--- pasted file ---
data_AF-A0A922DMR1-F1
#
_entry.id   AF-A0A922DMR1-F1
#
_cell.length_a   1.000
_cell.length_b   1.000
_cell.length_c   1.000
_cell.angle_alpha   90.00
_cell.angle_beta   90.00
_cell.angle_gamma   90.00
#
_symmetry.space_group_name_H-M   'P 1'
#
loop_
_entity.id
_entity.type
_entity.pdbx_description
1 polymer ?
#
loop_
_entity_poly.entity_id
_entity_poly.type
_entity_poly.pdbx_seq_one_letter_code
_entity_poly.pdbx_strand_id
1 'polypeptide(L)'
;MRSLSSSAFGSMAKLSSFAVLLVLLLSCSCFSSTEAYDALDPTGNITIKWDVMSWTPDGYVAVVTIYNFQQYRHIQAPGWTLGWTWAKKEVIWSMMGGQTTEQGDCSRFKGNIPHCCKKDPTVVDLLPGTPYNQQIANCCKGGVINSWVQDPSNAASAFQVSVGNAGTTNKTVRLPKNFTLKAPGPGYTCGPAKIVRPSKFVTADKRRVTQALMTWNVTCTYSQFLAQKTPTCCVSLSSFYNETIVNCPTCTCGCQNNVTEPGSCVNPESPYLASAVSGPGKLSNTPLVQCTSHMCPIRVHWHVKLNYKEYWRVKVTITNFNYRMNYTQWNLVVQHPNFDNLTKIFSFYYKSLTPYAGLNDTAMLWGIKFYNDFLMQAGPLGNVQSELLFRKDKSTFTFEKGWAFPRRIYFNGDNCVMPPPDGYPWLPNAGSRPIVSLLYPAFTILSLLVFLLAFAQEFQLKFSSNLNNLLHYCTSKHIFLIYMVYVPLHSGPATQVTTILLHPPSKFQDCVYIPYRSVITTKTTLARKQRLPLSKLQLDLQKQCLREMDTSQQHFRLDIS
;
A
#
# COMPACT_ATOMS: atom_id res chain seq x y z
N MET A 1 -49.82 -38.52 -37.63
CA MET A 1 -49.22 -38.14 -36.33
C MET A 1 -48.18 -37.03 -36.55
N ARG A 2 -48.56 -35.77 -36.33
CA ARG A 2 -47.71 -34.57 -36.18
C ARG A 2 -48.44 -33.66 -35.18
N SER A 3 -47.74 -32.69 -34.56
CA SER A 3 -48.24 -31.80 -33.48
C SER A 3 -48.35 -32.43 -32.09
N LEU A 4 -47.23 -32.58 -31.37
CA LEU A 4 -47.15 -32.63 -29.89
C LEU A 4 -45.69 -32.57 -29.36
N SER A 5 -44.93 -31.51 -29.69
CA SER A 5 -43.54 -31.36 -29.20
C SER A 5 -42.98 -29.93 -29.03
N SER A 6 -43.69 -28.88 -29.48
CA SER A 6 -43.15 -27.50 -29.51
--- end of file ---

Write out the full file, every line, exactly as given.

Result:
data_AF-A0A922DMR1-F1
#
_entry.id   AF-A0A922DMR1-F1
#
_cell.length_a   1.000
_cell.length_b   1.000
_cell.length_c   1.000
_cell.angle_alpha   90.00
_cell.angle_beta   90.00
_cell.angle_gamma   90.00
#
_symmetry.space_group_name_H-M   'P 1'
#
loop_
_entity.id
_entity.type
_entity.pdbx_description
1 polymer ?
#
loop_
_entity_poly.entity_id
_entity_poly.type
_entity_poly.pdbx_seq_one_letter_code
_entity_poly.pdbx_strand_id
1 'polypeptide(L)'
;MRSLSSSAFGSMAKLSSFAVLLVLLLSCSCFSSTEAYDALDPTGNITIKWDVMSWTPDGYVAVVTIYNFQQYRHIQAPGWTLGWTWAKKEVIWSMMGGQTTEQGDCSRFKGNIPHCCKKDPTVVDLLPGTPYNQQIANCCKGGVINSWVQDPSNAASAFQVSVGNAGTTNKTVRLPKNFTLKAPGPGYTCGPAKIVRPSKFVTADKRRVTQALMTWNVTCTYSQFLAQKTPTCCVSLSSFYNETIVNCPTCTCGCQNNVTEPGSCVNPESPYLASAVSGPGKLSNTPLVQCTSHMCPIRVHWHVKLNYKEYWRVKVTITNFNYRMNYTQWNLVVQHPNFDNLTKIFSFYYKSLTPYAGLNDTAMLWGIKFYNDFLMQAGPLGNVQSELLFRKDKSTFTFEKGWAFPRRIYFNGDNCVMPPPDGYPWLPNAGSRPIVSLLYPAFTILSLLVFLLAFAQEFQLKFSSNLNNLLHYCTSKHIFLIYMVYVPLHSGPATQVTTILLHPPSKFQDCVYIPYRSVITTKTTLARKQRLPLSKLQLDLQKQCLREMDTSQQHFRLDIS
;
A
#
# COMPACT_ATOMS: atom_id res chain seq x y z
N MET A 1 -49.82 -38.52 -37.63
CA MET A 1 -49.22 -38.14 -36.33
C MET A 1 -48.18 -37.03 -36.55
N ARG A 2 -48.56 -35.77 -36.33
CA ARG A 2 -47.71 -34.57 -36.18
C ARG A 2 -48.44 -33.66 -35.18
N SER A 3 -47.74 -32.69 -34.56
CA SER A 3 -48.24 -31.80 -33.48
C SER A 3 -48.35 -32.43 -32.09
N LEU A 4 -47.23 -32.58 -31.37
CA LEU A 4 -47.15 -32.63 -29.89
C LEU A 4 -45.69 -32.57 -29.36
N SER A 5 -44.93 -31.51 -29.69
CA SER A 5 -43.54 -31.36 -29.20
C SER A 5 -42.98 -29.93 -29.03
N SER A 6 -43.69 -28.88 -29.48
CA SER A 6 -43.15 -27.50 -29.51